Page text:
The University of Texas-Pan American is preparing to start construction on its latest project this fall - the new 108,965 square-foot dormitory - set to open in August 2006.
The new residence hall will be the fourth addition to UTPA's current housing, which includes Troxel and Womens Residence Halls, and Bronc Village Apartments. The dormitory will be located on Sugar Road, south of Bronc Village.
"The students encouraged us to build a dorm that would bring a greater sense of community to those students who live here," Smith said. "Students are looking for a sense of community and a sense of belonging and attachment to their campus."
Based on the student surveys, created and conducted by the UTPA Residence Housing Association (RHA), it was determined that students are looking for bigger rooms, movable furniture and a larger commons area.
Chad Martin, director of Residence Life, said the group that had the most influence and input on the housing project was the New Residence Hall Planning Group that consisted of representatives from RHA, Student Government Association, College Assistance Migrant Program (CAMP), athletics, Troxel Hall, Womens Hall, Bronc Village, faculty, Physical Plant, Auxiliary Services, Dean of Students Office, and others.
"Amenities, building features, student habits and how to make a functional residence hall were discussed. Further discussions focused on the wants and needs of today's student as well as those of this growing University. All of this helped shape the foundation of the new project as it was conceptualized throughout the course of many meetings," Martin said.
The information gathered from RHA and the planning group, was then presented to the Committee for Facility, Planning and Construction on campus, which is made up of administrators only, to gain the approval necessary to proceed with the project.
Martin said the majority of the rooms in the new dormitory will be standard suite rooms with two rooms sharing a bathroom.
"The rooms are 30 percent larger than what we have right now, so they are definitely getting a lot more space," Martin said.
Comfortable and movable furniture will also be included in the dorm rooms, which will allow students to arrange their rooms to their liking. All rooms will include two of each of the following items: beds, dressers, chairs and desks. Martin said closet space is also going to expand a couple of feet.
Besides the two-room suites, 12 single rooms with one bed and a bathroom will also be available for residence life staff or faculty and staff interested in living on campus. Camp counselors will also use the single rooms during the summer to help maintain the costs of the dormitory.
No student fees will be affected by this new addition to the campus; The University of Texas System Revenue Finance Bonds will fund the $12.5 million building. Smith said the only fees affected will be dorm fees, which will maintain and pay for the facility. Fees planned for the new dorm rooms are pending, however Smith said they are looking to charge $1,600 a semester.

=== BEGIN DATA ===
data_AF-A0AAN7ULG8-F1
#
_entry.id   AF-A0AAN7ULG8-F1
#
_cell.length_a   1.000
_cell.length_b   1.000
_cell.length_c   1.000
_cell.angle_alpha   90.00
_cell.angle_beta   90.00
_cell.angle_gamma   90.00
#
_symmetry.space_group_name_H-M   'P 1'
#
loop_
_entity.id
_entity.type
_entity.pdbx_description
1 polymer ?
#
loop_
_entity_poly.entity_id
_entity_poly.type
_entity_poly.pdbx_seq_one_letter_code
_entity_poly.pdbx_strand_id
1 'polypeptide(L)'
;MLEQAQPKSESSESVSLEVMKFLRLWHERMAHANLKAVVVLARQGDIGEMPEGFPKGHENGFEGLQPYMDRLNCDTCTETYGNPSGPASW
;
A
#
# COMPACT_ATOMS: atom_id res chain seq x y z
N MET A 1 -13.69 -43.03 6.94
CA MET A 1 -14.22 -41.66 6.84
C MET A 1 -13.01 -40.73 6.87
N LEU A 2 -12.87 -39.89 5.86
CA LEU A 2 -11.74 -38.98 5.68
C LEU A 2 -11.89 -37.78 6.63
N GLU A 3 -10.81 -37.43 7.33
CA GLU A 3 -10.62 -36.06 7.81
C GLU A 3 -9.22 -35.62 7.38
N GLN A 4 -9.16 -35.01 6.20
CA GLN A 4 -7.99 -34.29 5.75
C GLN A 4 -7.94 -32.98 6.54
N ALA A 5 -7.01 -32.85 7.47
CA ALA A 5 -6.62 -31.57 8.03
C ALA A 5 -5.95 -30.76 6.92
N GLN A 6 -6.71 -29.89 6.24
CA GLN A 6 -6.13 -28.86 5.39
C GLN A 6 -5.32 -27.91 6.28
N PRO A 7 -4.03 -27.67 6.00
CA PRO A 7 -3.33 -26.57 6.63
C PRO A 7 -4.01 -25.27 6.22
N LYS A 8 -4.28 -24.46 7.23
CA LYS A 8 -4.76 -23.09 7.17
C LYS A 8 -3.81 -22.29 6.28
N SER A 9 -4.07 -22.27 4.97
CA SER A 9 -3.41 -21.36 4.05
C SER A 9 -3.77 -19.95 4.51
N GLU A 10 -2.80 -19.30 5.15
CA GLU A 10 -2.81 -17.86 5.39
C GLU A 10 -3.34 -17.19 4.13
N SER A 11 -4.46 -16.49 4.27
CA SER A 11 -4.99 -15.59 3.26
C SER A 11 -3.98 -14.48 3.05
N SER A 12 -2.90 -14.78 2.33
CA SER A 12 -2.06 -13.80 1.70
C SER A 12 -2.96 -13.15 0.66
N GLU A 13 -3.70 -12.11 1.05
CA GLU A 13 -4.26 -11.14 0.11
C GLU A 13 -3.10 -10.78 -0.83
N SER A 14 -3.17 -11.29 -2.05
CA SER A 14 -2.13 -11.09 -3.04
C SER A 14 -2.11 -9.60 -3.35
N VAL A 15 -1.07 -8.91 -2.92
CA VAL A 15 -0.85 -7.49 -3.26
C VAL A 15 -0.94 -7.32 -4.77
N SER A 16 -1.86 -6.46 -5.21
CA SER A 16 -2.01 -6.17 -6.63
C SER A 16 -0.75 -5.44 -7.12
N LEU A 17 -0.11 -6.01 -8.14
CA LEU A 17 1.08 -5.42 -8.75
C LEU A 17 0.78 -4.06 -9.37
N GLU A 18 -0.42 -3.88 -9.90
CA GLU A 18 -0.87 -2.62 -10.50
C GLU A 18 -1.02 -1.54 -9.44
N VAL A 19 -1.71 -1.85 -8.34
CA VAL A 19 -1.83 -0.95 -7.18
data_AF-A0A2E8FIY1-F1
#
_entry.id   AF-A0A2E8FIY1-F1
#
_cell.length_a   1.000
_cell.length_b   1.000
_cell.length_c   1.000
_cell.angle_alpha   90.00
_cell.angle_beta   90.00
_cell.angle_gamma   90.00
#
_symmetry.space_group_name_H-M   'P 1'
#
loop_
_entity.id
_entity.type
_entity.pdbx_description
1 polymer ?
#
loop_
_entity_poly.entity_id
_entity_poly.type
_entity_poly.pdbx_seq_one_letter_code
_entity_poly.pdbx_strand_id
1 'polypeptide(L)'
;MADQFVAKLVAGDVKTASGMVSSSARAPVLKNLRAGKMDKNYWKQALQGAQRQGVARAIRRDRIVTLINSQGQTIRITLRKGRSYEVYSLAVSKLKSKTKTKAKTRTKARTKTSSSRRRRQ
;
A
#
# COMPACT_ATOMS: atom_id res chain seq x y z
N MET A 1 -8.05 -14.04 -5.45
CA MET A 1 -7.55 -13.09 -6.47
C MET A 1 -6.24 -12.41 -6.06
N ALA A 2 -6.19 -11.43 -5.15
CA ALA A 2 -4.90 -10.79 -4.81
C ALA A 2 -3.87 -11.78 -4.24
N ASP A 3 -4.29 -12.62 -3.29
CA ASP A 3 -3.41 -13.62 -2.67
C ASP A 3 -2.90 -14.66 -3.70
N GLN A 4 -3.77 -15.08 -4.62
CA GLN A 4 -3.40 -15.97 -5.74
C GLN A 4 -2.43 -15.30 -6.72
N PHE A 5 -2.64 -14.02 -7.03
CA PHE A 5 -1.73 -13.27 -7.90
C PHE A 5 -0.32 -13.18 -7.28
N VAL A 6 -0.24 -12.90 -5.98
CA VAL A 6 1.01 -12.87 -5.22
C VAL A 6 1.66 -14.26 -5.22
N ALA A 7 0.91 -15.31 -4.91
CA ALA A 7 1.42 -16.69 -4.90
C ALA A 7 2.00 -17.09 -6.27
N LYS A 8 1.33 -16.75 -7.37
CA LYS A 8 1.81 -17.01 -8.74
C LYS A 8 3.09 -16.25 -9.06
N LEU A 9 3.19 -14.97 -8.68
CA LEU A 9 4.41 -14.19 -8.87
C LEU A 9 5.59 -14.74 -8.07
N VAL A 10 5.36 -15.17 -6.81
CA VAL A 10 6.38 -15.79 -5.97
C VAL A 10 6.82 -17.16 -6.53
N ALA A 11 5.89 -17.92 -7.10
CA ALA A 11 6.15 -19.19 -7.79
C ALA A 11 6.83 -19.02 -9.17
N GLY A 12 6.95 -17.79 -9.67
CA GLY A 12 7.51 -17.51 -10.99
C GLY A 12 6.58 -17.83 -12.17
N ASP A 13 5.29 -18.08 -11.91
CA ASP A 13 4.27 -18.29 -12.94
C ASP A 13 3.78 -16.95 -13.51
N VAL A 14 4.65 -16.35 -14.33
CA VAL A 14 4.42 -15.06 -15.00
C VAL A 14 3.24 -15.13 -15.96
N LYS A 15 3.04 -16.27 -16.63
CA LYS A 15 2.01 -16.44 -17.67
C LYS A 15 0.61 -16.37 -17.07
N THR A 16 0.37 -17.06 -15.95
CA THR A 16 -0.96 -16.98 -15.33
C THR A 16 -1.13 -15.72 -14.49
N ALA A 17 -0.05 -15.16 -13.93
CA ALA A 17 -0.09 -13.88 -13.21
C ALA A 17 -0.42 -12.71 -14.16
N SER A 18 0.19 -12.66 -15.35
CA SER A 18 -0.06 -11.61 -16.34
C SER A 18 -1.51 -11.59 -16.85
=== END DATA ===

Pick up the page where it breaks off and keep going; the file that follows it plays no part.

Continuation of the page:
"We are having to prove to them (UT System) that we are financially capable of managing and paying for this facility through fees that we collect. So it can't affect tuition," Smith said.
Smith said the residence hall will consist of 400 beds in 200 rooms and will be three-stories high with two wings joined by a 5,000-square-foot commons area.
The current dorms - Troxel and Womens dorms - built in 1969 house a total of 384 beds, while Bronc Village, which opened in May 2000, houses approximately 225 students. Each semester, occupancy for campus housing is full in the three facilities. Smith said with the growing student population every year, it is expected 1,000 new freshmen will converge on the campus in fall 2006.
"Most campuses this size have a larger residential population and the nature of UT Pan American and its growth is to have more people living here on campus," Smith said.
Tentative plans for both Troxel and the Womens Residence Halls include remodeling the rooms into private residence for individual occupancy for upperclassmen and graduate students.
Smith and Martin both agree that there are many advantages to living on campus, such as never having to drive through construction and traffic to get to class and just simply managing time better. Also, both have discovered that students who live on campus for one year are 43 percent more likely to finish college than those who never live on campus. In addition, residence life students have an average GPA of 2.88 compared to the 2.60 average of non-resident students. Students who live on campus also have a retention rate of 90 percent compared to non-resident students who stand at 65 percent.
According to Martin and Smith, students who live on campus, on average have a higher GPA in undergraduate and graduate school; show improved self-confidence and the ability to speak in public; have more interpersonal contacts with faculty and other students; have greater participation in campus activities; and experience the greatest change in their philosophy, values, political and career goals.
"As we look at campus life, our campus residency plays an important role in the success and retention of students. Our retention rates for us are better for those students who live in residence halls and so that is our goal to help these students graduate," Smith said.
The $12.5 million building will be designed by Kirksey Architects out of Houston and will be constructed by Spaw Glass.
Applications are currently being accepted for the new dormitory. The new facility is expected to be fully contracted by April said Martin.
For more information or to obtain a housing application, call 956/381-3439.